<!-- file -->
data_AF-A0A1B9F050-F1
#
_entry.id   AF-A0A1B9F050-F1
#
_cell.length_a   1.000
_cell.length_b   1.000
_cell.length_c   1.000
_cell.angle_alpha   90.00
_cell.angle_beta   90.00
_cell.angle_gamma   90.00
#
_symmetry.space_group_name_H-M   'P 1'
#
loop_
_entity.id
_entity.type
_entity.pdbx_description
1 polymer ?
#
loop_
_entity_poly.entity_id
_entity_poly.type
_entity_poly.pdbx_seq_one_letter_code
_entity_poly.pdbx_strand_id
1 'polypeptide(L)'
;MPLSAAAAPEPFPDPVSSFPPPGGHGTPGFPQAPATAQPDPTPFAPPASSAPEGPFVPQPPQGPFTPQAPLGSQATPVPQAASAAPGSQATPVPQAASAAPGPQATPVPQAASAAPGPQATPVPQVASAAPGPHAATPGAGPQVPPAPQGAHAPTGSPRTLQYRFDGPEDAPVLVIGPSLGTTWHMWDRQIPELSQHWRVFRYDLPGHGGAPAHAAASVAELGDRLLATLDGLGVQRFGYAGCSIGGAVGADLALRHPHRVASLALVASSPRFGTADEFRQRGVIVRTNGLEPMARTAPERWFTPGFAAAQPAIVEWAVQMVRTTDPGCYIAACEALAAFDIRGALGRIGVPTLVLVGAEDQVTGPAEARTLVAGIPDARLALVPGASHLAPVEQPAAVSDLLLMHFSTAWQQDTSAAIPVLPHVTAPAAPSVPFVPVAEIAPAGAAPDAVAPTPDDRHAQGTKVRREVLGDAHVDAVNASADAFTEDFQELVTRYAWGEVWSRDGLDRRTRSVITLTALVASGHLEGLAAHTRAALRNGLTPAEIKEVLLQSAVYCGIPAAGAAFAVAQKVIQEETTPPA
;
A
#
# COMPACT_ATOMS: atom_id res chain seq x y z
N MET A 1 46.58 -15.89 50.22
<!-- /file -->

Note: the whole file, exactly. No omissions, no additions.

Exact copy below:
data_AF-A0A1B9F050-F1
#
_entry.id   AF-A0A1B9F050-F1
#
_cell.length_a   1.000
_cell.length_b   1.000
_cell.length_c   1.000
_cell.angle_alpha   90.00
_cell.angle_beta   90.00
_cell.angle_gamma   90.00
#
_symmetry.space_group_name_H-M   'P 1'
#
loop_
_entity.id
_entity.type
_entity.pdbx_description
1 polymer ?
#
loop_
_entity_poly.entity_id
_entity_poly.type
_entity_poly.pdbx_seq_one_letter_code
_entity_poly.pdbx_strand_id
1 'polypeptide(L)'
;MPLSAAAAPEPFPDPVSSFPPPGGHGTPGFPQAPATAQPDPTPFAPPASSAPEGPFVPQPPQGPFTPQAPLGSQATPVPQAASAAPGSQATPVPQAASAAPGPQATPVPQAASAAPGPQATPVPQVASAAPGPHAATPGAGPQVPPAPQGAHAPTGSPRTLQYRFDGPEDAPVLVIGPSLGTTWHMWDRQIPELSQHWRVFRYDLPGHGGAPAHAAASVAELGDRLLATLDGLGVQRFGYAGCSIGGAVGADLALRHPHRVASLALVASSPRFGTADEFRQRGVIVRTNGLEPMARTAPERWFTPGFAAAQPAIVEWAVQMVRTTDPGCYIAACEALAAFDIRGALGRIGVPTLVLVGAEDQVTGPAEARTLVAGIPDARLALVPGASHLAPVEQPAAVSDLLLMHFSTAWQQDTSAAIPVLPHVTAPAAPSVPFVPVAEIAPAGAAPDAVAPTPDDRHAQGTKVRREVLGDAHVDAVNASADAFTEDFQELVTRYAWGEVWSRDGLDRRTRSVITLTALVASGHLEGLAAHTRAALRNGLTPAEIKEVLLQSAVYCGIPAAGAAFAVAQKVIQEETTPPA
;
A
#
# COMPACT_ATOMS: atom_id res chain seq x y z
N MET A 1 46.58 -15.89 50.22